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With the constant assault of travelgram pics and Facebook check-ins, the chance to view some photos from around the world that look more at the culture than the gram-worthiness of a picture comes as a welcome change. Melbourne-based photographer Jean-Paul McAllan is set to debut his latest series of film photography that serves as a follow-up from his visit to the Philippines earlier this year. Held at Junior Space and sponsored by Carhartt, Arten, and Kirin Beer, the images presented have been selected for their duality and connection to a range of natural elements.

Aptly titled Tadhana, the meaning of the word alludes to ‘an invisible force that makes things happen beyond the control of mortals.’ For anyone who is an Avatar The Last Airbender fan, you might pick up on a similarity between the characters from the ancient Filipino Baybay that McAllan used to spell out Tadhana with the elements of ‘earth, water, fire, air’ (don’t worry, we read that in Katara’s voice too). The images, in turn, reflect the marriage between elements, where harmony is found in the meeting of seascapes and skylines, along with the contrasting earth around them. Showcasing a range of street photography, landscapes, portraits and abstract images, Tadhana is set to delve into the deepest realm that film photography can offer. Indeed, the images offer a range of perspectives but are all linked by the 35mm film that they were shot with, allowing for a hint of consistency in an otherwise entirely diverse collection.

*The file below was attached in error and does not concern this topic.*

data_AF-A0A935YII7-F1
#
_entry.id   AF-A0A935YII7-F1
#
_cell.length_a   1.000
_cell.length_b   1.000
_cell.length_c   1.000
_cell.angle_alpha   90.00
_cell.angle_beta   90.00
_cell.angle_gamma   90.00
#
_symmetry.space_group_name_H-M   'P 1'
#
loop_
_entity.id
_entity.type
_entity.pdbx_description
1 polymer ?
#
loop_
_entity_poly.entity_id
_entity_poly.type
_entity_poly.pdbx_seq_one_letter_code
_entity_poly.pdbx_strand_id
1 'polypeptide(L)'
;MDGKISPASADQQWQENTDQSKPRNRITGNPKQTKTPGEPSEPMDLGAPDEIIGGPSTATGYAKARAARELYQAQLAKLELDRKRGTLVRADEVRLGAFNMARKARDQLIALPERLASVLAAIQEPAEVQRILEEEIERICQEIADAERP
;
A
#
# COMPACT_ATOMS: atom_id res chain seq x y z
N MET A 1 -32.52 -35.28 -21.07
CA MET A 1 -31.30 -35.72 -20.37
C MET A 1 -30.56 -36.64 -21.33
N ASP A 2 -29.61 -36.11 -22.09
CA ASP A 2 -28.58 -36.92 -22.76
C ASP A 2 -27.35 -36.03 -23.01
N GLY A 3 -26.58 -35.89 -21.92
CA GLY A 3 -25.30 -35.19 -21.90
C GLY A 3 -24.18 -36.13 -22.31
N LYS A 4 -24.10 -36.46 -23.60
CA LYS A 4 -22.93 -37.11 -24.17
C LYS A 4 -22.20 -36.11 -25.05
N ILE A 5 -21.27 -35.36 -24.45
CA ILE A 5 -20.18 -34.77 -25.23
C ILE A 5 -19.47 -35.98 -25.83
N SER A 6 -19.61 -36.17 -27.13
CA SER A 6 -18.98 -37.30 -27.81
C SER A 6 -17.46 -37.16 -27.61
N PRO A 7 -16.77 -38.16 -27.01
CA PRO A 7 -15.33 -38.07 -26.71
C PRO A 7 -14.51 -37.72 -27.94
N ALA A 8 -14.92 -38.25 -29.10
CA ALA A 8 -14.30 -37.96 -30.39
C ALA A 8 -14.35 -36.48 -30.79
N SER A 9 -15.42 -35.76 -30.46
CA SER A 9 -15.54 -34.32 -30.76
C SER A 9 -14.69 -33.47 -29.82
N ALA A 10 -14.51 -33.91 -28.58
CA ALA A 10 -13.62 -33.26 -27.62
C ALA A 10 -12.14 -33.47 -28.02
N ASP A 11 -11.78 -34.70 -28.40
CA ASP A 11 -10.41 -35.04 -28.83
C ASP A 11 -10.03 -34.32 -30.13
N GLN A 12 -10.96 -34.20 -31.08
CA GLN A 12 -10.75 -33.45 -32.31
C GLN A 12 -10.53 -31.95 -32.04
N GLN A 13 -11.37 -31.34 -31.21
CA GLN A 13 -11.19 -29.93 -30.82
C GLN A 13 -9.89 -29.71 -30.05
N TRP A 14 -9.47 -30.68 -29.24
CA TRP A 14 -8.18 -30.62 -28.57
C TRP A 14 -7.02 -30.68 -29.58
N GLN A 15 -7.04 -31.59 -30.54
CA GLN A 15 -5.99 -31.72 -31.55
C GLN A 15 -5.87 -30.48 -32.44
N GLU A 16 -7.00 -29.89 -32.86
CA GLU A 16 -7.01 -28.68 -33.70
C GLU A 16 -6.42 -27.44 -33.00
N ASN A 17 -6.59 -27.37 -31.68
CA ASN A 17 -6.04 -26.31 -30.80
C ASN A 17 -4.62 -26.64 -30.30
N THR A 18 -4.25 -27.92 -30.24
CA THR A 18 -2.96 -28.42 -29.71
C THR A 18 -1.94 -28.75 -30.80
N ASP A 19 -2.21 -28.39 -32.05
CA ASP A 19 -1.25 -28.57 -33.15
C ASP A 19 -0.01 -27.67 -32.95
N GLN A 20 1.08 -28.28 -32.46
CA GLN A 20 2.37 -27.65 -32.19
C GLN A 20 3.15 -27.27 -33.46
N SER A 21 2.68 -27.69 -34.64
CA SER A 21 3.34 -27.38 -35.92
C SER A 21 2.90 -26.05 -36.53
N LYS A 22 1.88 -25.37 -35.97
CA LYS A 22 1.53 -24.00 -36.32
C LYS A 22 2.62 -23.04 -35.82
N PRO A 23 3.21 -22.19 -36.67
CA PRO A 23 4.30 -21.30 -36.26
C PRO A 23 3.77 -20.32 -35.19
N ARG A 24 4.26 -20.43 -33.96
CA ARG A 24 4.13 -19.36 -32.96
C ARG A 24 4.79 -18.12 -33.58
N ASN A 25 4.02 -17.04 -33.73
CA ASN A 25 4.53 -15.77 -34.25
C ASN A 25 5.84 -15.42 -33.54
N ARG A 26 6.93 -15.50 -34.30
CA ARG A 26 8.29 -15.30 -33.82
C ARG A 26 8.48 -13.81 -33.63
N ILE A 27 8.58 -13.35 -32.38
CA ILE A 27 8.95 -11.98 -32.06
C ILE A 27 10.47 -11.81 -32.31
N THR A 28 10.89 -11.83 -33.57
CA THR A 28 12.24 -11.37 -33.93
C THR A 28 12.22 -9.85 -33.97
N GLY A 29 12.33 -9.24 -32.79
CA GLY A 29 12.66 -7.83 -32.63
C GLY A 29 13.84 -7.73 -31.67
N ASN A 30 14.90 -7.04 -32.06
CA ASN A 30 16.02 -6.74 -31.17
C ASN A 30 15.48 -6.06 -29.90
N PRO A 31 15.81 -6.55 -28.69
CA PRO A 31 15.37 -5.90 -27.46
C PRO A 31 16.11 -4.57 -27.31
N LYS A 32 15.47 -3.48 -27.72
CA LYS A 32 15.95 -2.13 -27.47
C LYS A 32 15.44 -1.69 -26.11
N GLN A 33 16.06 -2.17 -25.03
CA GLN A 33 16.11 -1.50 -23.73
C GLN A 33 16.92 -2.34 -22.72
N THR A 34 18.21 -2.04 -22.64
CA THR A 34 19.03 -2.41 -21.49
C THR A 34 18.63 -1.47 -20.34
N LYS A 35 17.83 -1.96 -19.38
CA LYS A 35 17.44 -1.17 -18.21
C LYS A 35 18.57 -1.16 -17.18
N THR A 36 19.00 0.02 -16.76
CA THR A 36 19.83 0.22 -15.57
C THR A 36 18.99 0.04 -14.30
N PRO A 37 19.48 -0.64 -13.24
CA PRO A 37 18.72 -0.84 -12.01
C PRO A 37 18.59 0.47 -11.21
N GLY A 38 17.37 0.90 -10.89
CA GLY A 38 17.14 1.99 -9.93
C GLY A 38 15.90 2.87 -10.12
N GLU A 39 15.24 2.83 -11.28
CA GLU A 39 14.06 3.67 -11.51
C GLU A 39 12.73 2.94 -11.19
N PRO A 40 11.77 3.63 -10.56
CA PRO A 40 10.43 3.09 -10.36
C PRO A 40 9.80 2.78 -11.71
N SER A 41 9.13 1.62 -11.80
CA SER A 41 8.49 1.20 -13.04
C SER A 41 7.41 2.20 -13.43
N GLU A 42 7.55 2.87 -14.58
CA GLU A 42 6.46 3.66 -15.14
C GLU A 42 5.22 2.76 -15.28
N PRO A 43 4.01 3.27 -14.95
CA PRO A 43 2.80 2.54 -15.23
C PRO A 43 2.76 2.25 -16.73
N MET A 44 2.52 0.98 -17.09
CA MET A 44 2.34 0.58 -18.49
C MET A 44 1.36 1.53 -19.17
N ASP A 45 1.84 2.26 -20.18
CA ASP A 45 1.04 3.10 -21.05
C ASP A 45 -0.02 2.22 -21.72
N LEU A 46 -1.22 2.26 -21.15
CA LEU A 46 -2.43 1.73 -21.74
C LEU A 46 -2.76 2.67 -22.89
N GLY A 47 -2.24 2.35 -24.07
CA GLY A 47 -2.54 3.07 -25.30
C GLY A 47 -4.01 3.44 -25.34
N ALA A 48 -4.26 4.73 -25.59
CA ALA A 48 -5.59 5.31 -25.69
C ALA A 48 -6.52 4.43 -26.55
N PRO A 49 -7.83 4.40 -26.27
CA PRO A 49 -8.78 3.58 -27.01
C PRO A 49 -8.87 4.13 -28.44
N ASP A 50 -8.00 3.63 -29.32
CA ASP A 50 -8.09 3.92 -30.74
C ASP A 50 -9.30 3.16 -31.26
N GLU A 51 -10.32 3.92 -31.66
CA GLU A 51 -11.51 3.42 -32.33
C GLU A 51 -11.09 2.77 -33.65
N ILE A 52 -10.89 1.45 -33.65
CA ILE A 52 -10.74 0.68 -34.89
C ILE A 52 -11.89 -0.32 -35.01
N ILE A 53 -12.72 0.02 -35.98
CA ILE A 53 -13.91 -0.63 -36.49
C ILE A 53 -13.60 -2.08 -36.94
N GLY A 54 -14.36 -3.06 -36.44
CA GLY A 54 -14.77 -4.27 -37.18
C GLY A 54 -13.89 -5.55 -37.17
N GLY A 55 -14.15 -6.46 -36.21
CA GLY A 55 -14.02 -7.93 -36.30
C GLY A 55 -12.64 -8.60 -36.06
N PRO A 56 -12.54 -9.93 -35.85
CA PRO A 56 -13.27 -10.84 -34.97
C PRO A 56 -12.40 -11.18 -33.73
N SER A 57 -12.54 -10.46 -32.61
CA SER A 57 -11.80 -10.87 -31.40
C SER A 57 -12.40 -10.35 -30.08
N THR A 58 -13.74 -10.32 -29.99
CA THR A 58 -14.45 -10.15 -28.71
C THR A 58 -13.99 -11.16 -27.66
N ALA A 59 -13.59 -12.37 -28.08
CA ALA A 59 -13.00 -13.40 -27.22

Multiculturalism itself is a familiar domain for the US-born McAllan, who is of an Australian and Rodriges Island background but grew up in Japan and Hong Kong. Embracing this “melting pot of cultures” is a mentality that he has sequentially applied to his work, allowing him to see things from a variety of angles. “Whilst feeling deeply connected to all countries, I never felt apart of one solely but more truly a mash-up of cultural traits from each,” he said. “I carry a similar view in relation to my photography in the sense that I don’t see my photography as set into one specific genre but rather a union of many different styles.”

Doubling as the launch of his photo book and his first solo gallery, Tadhana marks a very important stage in McAllan’s artistic journey, where the skills he has picked up as a street photographer are applied in a completely different setting. The series is yet to be shared with the public, but we scored a couple of exclusive pics for you to have a flick through in the gallery above to get a taste of what is to come. In the meantime, be sure to peep the event details below.

Opening Night July 28, 6pm
Junior Space
65 Smith Street
Running until August 9

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